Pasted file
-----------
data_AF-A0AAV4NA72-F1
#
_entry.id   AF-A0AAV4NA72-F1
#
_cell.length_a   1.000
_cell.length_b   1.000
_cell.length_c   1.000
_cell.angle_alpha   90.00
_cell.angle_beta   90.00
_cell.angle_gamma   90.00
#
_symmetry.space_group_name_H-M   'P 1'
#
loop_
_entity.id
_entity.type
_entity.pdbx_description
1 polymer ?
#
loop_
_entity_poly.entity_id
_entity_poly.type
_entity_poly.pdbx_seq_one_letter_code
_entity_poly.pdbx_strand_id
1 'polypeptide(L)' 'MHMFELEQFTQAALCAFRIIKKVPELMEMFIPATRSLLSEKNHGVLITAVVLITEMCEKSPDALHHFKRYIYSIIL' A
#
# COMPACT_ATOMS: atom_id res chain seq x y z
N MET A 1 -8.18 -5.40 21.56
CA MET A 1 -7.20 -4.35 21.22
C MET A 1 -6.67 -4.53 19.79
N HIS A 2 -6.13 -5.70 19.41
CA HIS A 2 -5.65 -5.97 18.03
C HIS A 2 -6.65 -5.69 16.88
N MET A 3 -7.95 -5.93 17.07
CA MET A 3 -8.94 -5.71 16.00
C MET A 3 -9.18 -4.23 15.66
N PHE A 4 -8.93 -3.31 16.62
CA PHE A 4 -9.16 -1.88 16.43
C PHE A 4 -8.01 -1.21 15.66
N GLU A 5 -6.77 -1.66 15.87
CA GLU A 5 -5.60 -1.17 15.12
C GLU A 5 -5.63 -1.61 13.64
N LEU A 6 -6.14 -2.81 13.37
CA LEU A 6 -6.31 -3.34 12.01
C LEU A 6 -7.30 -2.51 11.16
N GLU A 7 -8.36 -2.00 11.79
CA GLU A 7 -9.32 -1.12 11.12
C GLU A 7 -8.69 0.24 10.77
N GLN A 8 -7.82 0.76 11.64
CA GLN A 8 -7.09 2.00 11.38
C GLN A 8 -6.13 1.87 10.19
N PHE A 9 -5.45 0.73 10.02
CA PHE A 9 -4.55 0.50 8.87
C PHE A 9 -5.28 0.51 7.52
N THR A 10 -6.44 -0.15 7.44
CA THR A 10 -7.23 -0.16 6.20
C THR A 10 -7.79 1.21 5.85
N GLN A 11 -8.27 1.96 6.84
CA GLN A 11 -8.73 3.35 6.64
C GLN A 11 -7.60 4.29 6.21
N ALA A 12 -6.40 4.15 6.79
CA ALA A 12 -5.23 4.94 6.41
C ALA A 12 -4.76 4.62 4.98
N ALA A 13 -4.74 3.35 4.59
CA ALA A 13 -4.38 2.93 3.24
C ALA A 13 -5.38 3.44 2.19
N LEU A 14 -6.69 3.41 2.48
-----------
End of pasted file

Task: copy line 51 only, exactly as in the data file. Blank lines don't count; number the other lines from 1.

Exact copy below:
C GLN A 8 -6.13 1.87 10.19